I-131: The Gold Standard of Hyperthyroidism Care

I-131 is both the primary and most preferred therapy option by veterinarians to successfully treat and cure hyperthyroidism. I-131 has the highest success rate with stable hyperthyroidism in cats). With one injection of I-131, abnormal thyroid tissue will be eradicated in over 98% of cases leaving your feline family member healthy for years to come.

I-131 offers many advantages over other treatment options that include:
  • No anesthesia required
  • Normal thyroid or nearby parathyroid tissue is not impacted
  • No lifelong daily medication
  • Most cost-effective therapy
Expertise you can trust

Your cat’s I-131 treatment will be performed by Dr. Michael Dutton, founder of Hopkinton Animal Hospital with a 15-year track record of performing over 2,000 successful I-131 treatments. Annually, Dr. Dutton treats about 100 cats resulting in positive health outcomes having been the leading expert in the area since 2007.

Alternative treatment options:

Even though I-131 is the gold standard and best treatment option to cure hyperthyroidism, there are alternative treatments spanning daily medication, surgery and diet. However, all have lower success rates, as well as higher costs when comparted to I-131.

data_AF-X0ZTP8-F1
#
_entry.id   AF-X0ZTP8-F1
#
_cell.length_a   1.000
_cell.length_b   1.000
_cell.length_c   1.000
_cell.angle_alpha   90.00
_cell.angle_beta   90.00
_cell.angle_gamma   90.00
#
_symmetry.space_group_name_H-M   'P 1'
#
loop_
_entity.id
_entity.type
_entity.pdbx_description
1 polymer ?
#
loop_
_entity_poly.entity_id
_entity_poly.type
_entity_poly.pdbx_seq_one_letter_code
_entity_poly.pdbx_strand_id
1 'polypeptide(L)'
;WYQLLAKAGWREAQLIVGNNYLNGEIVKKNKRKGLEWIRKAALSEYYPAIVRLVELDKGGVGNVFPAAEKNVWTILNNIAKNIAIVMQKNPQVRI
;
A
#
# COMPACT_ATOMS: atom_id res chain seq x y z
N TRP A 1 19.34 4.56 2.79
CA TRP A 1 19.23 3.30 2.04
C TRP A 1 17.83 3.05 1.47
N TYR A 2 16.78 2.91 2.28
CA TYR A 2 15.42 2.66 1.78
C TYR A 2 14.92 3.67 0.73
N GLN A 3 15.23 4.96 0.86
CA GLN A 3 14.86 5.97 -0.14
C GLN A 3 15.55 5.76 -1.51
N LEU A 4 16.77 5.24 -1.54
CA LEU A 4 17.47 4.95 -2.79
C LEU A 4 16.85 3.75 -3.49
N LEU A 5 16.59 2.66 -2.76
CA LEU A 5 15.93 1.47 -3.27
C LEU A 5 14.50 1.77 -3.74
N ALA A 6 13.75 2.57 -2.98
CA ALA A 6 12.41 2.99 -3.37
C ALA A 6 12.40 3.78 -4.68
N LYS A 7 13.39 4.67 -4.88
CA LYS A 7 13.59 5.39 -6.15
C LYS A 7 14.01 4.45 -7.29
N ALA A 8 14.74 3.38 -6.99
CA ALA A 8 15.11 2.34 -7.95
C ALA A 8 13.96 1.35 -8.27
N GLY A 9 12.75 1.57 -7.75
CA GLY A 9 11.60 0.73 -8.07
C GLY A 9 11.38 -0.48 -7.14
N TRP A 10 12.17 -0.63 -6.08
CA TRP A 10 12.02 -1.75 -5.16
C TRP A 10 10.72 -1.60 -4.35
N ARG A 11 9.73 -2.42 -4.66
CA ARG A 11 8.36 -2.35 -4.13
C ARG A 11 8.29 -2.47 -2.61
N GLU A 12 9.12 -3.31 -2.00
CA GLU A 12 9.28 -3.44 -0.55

• Anti-thyroid Medication (Methimazole)
    • Disease is managed with daily medication that can have serious and fatal side effects
    • Average life expectancy is 3.5 years
    • Long-term effects can damage kidneys and liver
    • Yearly cost of $500-700 for the rest of your cat’s life will exceed total cost of I-131
  • Surgery
    • Difficult to perform due to location of the thyroid — high risk to vital parathyroid glands
    • One gland needs to be removed at a time — 80% will still develop a tumor in remaining thyroid gland within 12-18 months
    • Cost of two surgeries is $1,600-$3,000; most likely two are needed
    • When surgery fails, I-131 is the preferred next step
  • Hills Prescription Diet. Ultra-low iodine diet (Hills y/d)
    • Diet can lower thyroid levels to normal range, but tumor continues to grow in cat who needs to be 100% on the diet — some will not eat it
    • Multiple cats in the home will mean all the cats need to be on the diet to prevent any iodine being introduced to the affected cat
    • Long-term testing (>5yrs) on affected cats remains unknown as well as the effects of the diet on normal cats
    • Hills Prescription Diet is expensive to maintain, ranging from $380 to $1,460 annually
New Hampshire i-131 at Hopkinton Animal Hospital provides treatment for hyperthyroidism in cats and guinea pigs